Hollywood is an industry, of course, but it comes across more as a televised group therapy session, sustained by the media’s appetite for glimpses into the “inner life” of the calculatedly superficial. In this spirit, I’ve strung together some tales gathered from biographies of Warren Beatty and added some commentary. I hope to contextualize Reds on the 30th anniversary of its release by considering it in light of the concepts that define both the story itself and the man who made it: myth, history, celebrity, biography, politics, commodity, publicity, career. I argue that Reds is not the movie it sees itself as, nor that it could be; it is so closely bound to its creator that it cannot succeed in connecting us to the past.
First, a tiny but telling story about Beatty himself, the man who conceived of, produced, co-wrote, directed and starred in Reds, and who also persuaded his celebrity friends and acquaintances into taking cameo parts, thus giving genuine importance to the incident known as the Russian Revolution. This anecdote, from Suzanne Finstad’s Warren Beatty: A Private Man, concerns the making of Beatty’s first movie, the 1961 Elia Kazan-directed picture, Splendor in the Grass, with Natalie Wood:
Others viewed Beatty’s attention to detail with respect to his looks as sheer vanity. Donald Kranze, one of the crew who disliked him during Splendor, considered Beatty “six feet of pure ego.” Kranze once observed Beatty “in front of a mirror, a set stage … he’s got a straight pin, right? He’s putting that pin into each eyelash and separating them, and moving them forward.”
The crew didn’t like him … they gave him a name. It was “Mental Anguish.” When he’d come on the set, it was, “Here comes Mental Anguish.” Then it was shortened to M.A. Natalie did it, too.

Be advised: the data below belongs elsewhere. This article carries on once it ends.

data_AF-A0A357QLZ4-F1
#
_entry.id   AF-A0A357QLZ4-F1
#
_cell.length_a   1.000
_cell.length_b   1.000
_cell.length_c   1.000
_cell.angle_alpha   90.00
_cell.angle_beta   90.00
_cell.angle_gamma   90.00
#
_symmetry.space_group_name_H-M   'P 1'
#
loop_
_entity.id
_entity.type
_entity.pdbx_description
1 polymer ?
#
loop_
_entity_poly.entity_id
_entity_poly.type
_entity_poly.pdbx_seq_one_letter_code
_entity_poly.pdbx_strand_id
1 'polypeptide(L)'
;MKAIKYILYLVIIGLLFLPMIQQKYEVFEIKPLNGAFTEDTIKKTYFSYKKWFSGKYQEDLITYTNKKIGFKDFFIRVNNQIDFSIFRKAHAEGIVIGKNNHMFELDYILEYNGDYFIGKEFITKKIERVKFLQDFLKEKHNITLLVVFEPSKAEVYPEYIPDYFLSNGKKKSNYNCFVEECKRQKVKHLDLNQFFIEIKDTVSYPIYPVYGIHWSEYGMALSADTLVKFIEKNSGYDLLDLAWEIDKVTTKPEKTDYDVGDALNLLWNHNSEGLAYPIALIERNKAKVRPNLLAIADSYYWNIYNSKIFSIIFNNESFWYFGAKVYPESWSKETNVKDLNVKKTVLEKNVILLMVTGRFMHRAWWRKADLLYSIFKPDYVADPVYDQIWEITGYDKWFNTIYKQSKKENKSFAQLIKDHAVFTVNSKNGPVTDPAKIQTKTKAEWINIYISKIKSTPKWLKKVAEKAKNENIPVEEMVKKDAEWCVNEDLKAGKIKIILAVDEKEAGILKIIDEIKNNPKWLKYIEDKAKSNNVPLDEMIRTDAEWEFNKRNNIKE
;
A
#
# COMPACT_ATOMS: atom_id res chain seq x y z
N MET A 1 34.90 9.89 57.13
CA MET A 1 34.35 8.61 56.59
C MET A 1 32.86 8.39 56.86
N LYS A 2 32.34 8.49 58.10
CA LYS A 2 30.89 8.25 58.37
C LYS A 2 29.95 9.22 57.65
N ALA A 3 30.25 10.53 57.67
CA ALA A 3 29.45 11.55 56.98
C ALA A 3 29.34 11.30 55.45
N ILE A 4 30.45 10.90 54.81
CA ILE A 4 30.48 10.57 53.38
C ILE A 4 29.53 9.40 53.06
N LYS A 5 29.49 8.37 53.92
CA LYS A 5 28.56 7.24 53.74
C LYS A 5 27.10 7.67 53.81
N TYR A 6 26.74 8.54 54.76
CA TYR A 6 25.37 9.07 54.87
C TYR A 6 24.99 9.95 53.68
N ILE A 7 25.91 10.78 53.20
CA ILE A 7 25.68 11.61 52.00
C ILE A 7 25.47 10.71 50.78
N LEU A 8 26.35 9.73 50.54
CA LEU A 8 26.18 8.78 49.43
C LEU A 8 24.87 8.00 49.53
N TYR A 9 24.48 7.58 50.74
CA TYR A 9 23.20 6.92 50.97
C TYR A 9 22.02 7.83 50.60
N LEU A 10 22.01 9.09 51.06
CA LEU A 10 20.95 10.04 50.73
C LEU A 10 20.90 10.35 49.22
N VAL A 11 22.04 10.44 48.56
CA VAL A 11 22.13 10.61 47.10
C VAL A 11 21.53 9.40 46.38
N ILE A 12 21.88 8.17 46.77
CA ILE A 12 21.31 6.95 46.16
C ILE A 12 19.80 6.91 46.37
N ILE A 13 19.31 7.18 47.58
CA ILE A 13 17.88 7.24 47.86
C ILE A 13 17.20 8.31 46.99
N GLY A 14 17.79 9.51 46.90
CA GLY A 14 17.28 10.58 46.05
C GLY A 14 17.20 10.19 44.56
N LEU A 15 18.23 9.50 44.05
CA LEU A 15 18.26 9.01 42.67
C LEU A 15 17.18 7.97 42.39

Based on this account and myriad others, we would seem to be talking about a prima donna, about that variety of actor who relishes driving the director crazy with questions about emotion and motivation. An actor whose difficulty on the set is itself a carefully calibrated performance designed to communicate his uniqueness and importance and sensitivity and intelligence – not just to cast and crew, but to the world at large, as conveyed by Hollywood’s powerful publicity apparatus.
Warren Beatty was, as at least one biographer declares, a “self-created illusion,” the good-looking brother of a gifted sister (Shirley Maclaine), his aura of stardom generated before he had appeared in any film. This he accomplished with the help of a movie publicist named John Springer, who advised him skillfully on the art of forging a bad-boy image, and the long chain of noticeable women with whom he would publicly canoodle, starting with Joan Collins. The Beatty Image did not arise out of his career – not at all. The career is an appendage of the image, and every aspect of Beatty’s life, from his love life to his film choices to his politics, emerge from this urge to constantly refine this carefully constructed pseudo-self.